Following UCI president Brian Cookson’s remarks last week, that he’s in favor of streamlining the European race calendar, by considering reducing the length of the Gran Tour events, Giro d’Italia race director, Mauro Vegni, has come out saying that he thinks the plan is "stupid” – and outside the UCI’s initial reform policies.
Vegni told the cycling magazine, VeloNews, in Paris last week:
“We did not talk about it, we talked about reform in general".
“I’ve never seen a real proposal on the table to reduce them. It would seem stupid to me. We have a good thing, why cut it back?”
The UCI has been meeting with race organizers and stakeholders, in order to introduce their new reform plans – which they hope to put into effect in 2017.
Some of these reforms involve the reduction in the number and size of teams, a new points system, and a streamlined calendar, which could result in the shortening of the Grand Tours.
In the midst of these discussions, Cookson mentioned to the media, that the UCI was considering shortening the Giro d’Italia, Tour de France, and the Vuelta a España – in order to lessen the strain on the cycling calendar.
To wit, Cookson told the Spanish newspaper, AS, last week:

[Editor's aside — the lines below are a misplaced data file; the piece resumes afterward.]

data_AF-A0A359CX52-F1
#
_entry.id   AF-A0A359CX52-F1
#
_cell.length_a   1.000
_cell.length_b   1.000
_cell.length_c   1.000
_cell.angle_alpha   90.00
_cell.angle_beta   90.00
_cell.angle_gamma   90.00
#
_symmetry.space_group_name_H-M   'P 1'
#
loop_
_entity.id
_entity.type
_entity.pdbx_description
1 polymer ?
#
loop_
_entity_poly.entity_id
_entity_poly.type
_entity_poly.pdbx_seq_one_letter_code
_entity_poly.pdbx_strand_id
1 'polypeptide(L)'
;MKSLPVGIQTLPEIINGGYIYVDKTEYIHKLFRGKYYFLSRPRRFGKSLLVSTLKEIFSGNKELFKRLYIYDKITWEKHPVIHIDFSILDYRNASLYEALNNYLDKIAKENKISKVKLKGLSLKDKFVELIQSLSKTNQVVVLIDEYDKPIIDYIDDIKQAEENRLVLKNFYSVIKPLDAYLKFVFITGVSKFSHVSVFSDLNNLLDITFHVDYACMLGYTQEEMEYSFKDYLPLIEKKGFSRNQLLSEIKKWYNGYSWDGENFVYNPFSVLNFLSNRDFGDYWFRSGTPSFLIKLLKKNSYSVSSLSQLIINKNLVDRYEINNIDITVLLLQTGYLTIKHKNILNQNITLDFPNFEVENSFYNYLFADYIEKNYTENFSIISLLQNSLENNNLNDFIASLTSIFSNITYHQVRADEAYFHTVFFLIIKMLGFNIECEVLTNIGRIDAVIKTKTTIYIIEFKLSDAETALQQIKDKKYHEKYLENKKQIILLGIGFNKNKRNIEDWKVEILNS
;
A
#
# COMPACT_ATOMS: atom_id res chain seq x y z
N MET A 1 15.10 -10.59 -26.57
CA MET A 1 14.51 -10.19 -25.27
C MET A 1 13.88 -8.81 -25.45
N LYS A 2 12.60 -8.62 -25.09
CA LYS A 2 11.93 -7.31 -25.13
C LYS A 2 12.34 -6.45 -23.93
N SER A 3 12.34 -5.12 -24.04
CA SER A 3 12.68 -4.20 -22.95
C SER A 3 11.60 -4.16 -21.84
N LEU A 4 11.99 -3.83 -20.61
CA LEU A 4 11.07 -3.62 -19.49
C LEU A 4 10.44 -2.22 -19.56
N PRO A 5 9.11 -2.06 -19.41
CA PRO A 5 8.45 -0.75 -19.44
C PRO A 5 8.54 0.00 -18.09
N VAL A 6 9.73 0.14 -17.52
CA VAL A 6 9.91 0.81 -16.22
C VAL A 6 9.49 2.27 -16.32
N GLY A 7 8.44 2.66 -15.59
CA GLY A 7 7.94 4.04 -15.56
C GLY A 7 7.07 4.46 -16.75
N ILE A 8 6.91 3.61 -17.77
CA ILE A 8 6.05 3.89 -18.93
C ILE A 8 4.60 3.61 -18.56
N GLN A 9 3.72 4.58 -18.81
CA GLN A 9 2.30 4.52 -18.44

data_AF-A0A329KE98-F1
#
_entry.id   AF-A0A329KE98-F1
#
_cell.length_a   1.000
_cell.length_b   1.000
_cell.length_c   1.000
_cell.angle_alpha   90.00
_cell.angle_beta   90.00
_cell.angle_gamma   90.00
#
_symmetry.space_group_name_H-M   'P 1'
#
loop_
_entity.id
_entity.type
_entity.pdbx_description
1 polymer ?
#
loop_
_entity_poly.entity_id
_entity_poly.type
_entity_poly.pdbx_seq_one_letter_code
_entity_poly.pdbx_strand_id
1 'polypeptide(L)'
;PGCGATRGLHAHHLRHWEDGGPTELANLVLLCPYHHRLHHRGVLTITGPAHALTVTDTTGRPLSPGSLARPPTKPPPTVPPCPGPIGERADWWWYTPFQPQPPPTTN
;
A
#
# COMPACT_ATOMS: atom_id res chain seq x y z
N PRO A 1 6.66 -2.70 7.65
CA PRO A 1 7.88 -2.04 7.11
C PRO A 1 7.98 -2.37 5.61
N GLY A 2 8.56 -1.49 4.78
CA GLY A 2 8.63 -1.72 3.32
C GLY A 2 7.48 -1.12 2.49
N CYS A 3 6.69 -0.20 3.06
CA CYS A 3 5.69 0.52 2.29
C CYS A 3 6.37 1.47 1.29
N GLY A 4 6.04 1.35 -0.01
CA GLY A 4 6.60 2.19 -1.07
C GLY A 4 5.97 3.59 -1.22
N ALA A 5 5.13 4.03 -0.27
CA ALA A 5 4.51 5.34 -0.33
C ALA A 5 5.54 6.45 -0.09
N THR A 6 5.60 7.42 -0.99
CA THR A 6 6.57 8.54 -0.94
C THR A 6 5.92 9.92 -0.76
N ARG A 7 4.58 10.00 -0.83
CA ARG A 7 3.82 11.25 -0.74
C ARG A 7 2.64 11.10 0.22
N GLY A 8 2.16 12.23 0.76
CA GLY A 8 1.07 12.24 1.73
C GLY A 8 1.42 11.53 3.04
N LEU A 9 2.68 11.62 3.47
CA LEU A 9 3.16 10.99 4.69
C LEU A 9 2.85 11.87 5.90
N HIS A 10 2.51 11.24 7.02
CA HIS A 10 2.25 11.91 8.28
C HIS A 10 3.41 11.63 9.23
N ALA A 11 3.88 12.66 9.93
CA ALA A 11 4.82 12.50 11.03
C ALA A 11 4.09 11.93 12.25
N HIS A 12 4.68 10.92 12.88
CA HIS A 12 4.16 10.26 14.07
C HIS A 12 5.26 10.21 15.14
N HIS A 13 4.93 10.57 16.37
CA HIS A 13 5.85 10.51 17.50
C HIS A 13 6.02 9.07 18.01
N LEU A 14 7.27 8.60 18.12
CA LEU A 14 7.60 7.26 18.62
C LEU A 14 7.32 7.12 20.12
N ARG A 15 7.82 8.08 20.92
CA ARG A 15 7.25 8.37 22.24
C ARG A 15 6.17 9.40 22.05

“Nothing is untouchable,” Cookson told Spain’s AS newspaper Wednesday. “We want to plan for a better sport in which the top cyclists are able to participate in the top races. With the current calendar of three grand tours, each three weeks, it’s impossible.”
Needless to say, this has caught the ire of Gran Tour bosses like Vegni, who have come out publicly in opposition of changing their "historic" races.
“Cycling needs events that promote the sport. The events have a good and important return from TV and with journalists,” Vegni explained.
“To reduce the grand tours, those races that give the most visibility to our sport, would be an error. Why would you go and castrate your best product?”
Furthermore, Vegni feels that Cookson is attempting to "package" cycling, so that the UCI can better sell the sport globally. Rather, his advice to the UCI, is to trim away some of the calendar’s "fat", and reduce the number of smaller, unpopular races that have popped up over the last 10 years.
“Now, all you need is someone to come along and propose a race, and they will put it in . We should not cut the grand tours for those races.”
“You have to be able to promote cycling in the new countries, and that happens with the big events, not with the small races. You take the big races to those countries and leave behind a mark for the locals to continue the work. You do it via the big events, the grand tours, Milano-Sanremo, Paris-Roubaix. It’d be absurd to touch cycling’s heritage.”
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